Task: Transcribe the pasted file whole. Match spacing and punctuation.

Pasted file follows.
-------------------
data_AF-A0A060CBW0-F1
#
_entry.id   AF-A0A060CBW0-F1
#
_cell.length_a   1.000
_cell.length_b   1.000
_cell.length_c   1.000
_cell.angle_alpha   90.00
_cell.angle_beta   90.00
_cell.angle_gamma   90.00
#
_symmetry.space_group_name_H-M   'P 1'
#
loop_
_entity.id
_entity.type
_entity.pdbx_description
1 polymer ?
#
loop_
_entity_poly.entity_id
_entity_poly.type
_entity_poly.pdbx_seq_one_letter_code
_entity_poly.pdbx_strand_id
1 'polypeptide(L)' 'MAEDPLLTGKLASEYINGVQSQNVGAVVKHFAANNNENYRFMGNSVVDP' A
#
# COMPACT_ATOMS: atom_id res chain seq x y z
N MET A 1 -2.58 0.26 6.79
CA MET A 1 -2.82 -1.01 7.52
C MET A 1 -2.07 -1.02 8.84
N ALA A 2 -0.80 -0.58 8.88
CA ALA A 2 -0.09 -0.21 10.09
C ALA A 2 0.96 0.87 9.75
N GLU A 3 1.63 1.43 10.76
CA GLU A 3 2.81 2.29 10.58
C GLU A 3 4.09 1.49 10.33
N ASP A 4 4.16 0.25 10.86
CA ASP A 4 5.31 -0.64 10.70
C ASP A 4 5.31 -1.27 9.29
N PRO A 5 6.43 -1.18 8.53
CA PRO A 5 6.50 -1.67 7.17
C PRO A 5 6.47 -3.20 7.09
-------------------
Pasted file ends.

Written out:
data_AF-A0A060CBW0-F1
#
_entry.id   AF-A0A060CBW0-F1
#
_cell.length_a   1.000
_cell.length_b   1.000
_cell.length_c   1.000
_cell.angle_alpha   90.00
_cell.angle_beta   90.00
_cell.angle_gamma   90.00
#
_symmetry.space_group_name_H-M   'P 1'
#
loop_
_entity.id
_entity.type
_entity.pdbx_description
1 polymer ?
#
loop_
_entity_poly.entity_id
_entity_poly.type
_entity_poly.pdbx_seq_one_letter_code
_entity_poly.pdbx_strand_id
1 'polypeptide(L)' 'MAEDPLLTGKLASEYINGVQSQNVGAVVKHFAANNNENYRFMGNSVVDP' A
#
# COMPACT_ATOMS: atom_id res chain seq x y z
N MET A 1 -2.58 0.26 6.79
CA MET A 1 -2.82 -1.01 7.52
C MET A 1 -2.07 -1.02 8.84
N ALA A 2 -0.80 -0.58 8.88
CA ALA A 2 -0.09 -0.21 10.09
C ALA A 2 0.96 0.87 9.75
N GLU A 3 1.63 1.43 10.76
CA GLU A 3 2.81 2.29 10.58
C GLU A 3 4.09 1.49 10.33
N ASP A 4 4.16 0.25 10.86
CA ASP A 4 5.31 -0.64 10.70
C ASP A 4 5.31 -1.27 9.29
N PRO A 5 6.43 -1.18 8.53
CA PRO A 5 6.50 -1.67 7.17
C PRO A 5 6.47 -3.20 7.09